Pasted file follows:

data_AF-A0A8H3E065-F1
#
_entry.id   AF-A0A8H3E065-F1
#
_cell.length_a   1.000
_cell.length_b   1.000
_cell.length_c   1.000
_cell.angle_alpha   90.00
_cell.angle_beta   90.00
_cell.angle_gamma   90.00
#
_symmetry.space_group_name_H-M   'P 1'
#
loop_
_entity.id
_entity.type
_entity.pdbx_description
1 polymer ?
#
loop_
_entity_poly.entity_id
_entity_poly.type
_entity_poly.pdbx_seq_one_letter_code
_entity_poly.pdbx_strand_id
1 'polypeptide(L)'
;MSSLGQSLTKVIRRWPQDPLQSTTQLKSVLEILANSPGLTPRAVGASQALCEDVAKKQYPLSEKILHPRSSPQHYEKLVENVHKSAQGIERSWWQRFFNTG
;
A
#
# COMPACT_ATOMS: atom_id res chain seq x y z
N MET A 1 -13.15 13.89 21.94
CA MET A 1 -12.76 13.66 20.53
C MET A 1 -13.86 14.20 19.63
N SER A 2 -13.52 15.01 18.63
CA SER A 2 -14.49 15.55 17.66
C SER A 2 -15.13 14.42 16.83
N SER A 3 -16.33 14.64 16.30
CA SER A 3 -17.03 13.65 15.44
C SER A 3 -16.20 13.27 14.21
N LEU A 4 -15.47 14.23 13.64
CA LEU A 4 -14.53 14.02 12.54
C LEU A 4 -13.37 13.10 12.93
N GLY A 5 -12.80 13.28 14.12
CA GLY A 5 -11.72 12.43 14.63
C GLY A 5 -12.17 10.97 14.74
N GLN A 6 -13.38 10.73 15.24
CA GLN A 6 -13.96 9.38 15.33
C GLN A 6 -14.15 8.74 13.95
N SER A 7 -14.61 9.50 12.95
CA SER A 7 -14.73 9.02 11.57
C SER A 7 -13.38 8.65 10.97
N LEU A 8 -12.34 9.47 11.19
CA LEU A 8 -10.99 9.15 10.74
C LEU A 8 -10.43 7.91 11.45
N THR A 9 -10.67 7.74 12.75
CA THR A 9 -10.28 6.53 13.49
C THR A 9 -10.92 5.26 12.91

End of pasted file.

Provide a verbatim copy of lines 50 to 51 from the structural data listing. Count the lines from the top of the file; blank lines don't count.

CA SER A 7 -14.73 9.02 11.57
C SER A 7 -13.38 8.65 10.97